What Americans think: Less money for welfare, more for education
Americans have become less charitable in their attitudes toward welfare, while they are more interested in spending money to fight crime and support education, according to the latest General Social Survey conducted by the National Opinion Research Center at the University.
They are also becoming less willing to support spending on the environment, more tolerant of homosexuality and increasingly distrustful of television and the print media, according to the 1996 survey.
The General Social Survey, conducted since 1972, annually polls a broad cross-section of about 3,000 Americans; the same questions are asked every year. The survey has become one of the most reliable gauges of public opinion in the nation and is frequently used by social scientists in their work, said survey director Tom Smith.
Support for spending on welfare has plummeted during the past six years, even among respondents living in urban areas, the survey found. In 1990, 35 percent of the respondents living in cities supported spending more money on welfare, but by 1996, that support had fallen to 19 percent. This year support also diminished in suburbs and non-metropolitan areas, where welfare has never been strongly supported.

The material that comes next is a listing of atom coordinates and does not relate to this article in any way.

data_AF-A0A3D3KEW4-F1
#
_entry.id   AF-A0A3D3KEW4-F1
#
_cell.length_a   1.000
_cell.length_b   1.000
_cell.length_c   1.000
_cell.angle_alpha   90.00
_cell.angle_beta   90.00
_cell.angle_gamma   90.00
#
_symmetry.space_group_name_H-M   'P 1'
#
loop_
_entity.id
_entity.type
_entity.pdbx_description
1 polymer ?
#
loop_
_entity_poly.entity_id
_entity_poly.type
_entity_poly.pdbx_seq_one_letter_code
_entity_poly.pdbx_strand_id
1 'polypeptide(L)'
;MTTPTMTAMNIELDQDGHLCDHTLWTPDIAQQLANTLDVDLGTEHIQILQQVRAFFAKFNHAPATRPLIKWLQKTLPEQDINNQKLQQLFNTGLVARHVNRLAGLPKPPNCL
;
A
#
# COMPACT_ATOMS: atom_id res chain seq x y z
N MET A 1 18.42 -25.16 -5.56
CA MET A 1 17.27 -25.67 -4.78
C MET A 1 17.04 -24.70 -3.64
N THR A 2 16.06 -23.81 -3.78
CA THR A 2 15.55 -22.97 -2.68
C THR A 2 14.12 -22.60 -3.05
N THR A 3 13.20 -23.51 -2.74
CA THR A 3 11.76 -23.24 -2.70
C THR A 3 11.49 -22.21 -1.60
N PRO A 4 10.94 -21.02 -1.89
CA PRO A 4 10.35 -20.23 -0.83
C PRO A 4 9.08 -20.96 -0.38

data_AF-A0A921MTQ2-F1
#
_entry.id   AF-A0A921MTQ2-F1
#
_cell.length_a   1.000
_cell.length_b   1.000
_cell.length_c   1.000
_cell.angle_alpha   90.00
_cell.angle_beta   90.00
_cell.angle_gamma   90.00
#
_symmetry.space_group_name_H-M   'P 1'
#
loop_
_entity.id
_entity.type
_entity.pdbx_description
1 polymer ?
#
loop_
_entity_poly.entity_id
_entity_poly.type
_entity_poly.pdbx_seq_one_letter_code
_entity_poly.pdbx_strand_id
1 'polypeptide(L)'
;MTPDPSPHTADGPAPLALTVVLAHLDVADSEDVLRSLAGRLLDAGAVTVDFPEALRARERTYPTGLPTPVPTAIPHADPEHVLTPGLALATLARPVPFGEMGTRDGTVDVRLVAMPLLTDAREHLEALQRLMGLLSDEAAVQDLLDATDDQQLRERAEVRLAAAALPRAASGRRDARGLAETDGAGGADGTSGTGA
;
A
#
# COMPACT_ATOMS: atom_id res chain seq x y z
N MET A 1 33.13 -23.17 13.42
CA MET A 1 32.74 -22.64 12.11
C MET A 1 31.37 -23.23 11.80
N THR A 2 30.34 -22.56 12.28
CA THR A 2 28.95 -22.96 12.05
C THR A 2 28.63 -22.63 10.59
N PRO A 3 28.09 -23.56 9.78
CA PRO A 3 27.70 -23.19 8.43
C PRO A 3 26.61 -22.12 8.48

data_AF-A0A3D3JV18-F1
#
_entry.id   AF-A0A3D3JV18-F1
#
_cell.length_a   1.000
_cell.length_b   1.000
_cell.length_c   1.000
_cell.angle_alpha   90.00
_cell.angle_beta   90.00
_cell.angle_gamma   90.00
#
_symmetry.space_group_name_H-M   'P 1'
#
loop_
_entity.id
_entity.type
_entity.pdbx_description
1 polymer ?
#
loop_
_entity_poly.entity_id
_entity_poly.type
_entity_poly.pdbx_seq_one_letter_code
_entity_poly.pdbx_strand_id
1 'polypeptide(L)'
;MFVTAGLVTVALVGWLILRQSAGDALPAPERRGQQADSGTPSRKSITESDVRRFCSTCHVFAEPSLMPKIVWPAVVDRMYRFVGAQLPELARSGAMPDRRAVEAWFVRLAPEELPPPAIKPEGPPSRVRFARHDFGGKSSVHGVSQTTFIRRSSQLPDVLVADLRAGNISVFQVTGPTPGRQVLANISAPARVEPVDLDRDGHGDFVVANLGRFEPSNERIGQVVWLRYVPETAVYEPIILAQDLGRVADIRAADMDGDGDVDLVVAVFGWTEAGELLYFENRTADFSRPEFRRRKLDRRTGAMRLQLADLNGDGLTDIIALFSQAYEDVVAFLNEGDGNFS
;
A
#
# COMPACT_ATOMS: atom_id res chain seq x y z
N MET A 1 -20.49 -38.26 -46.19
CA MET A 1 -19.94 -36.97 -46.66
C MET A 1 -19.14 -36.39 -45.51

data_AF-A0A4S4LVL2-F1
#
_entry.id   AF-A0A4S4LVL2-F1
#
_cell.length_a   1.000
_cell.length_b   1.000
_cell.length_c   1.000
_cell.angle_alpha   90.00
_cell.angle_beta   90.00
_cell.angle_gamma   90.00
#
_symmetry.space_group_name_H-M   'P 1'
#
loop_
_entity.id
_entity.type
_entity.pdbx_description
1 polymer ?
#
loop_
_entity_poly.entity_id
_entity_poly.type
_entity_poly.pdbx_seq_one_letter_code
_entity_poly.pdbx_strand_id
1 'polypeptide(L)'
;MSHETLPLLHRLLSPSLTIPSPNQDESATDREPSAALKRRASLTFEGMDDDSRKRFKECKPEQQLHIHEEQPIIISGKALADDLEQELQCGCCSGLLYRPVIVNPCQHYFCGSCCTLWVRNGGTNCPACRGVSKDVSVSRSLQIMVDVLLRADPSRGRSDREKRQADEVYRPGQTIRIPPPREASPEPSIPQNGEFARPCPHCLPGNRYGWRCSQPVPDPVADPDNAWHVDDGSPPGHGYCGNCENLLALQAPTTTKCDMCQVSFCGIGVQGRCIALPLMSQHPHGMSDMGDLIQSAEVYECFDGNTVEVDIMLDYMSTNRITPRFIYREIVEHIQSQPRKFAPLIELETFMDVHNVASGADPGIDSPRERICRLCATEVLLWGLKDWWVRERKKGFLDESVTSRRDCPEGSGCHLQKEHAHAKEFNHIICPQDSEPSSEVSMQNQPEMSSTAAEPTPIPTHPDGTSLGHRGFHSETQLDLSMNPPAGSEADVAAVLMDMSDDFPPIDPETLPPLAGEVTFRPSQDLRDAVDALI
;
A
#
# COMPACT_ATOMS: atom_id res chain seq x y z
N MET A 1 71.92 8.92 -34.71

Susan Mayer, Associate Professor in the Irving B. Harris Graduate School of Public Policy Studies, said, "This trend shouldn't be regarded as a permanent shift. It doesn't mean people are being mean-spirited, it just means people aren't happy with the programs that are in place.
"People are becoming increasingly dissatisfied with the programs, but it doesn't mean they don't want to help the poor. Legislators would be sadly mistaken if they think this gives them license to cut back on all social programs."
Spending to fight crime has gained popularity, however. In 1996, 71 percent of the people in cities, 67 percent of the people in suburbs and 69 percent of the people in non-metropolitan areas thought more money should be spent on fighting crime.
Robert Sampson, Professor in Sociology, said, "People continue to want to spend money on fighting crime because they are worried and want to do something about it. The recent reports of drops in crime rates haven't changed people's apprehensions. Crime still remains at high levels, especially when compared to other modern industrialized countries."
Support for education spending is also high. In the latest survey, 74 percent of the people in cities, 69 percent of the people in suburbs and 68 percent of the people in non-metropolitan areas support more spending on education. Those figures have increased dramatically since 1972, when only 40 percent of the people in non-metropolitan areas, for example, said more money should be spent on education.
Kenneth Wong, Associate Professor of Education, said support is strong for education because "many people still consider education as the means to getting a good job. They realize that their children need to do better in school in order to move ahead in a global economy. Parents feel that children can benefit from smaller classes, more library resources and better science labs.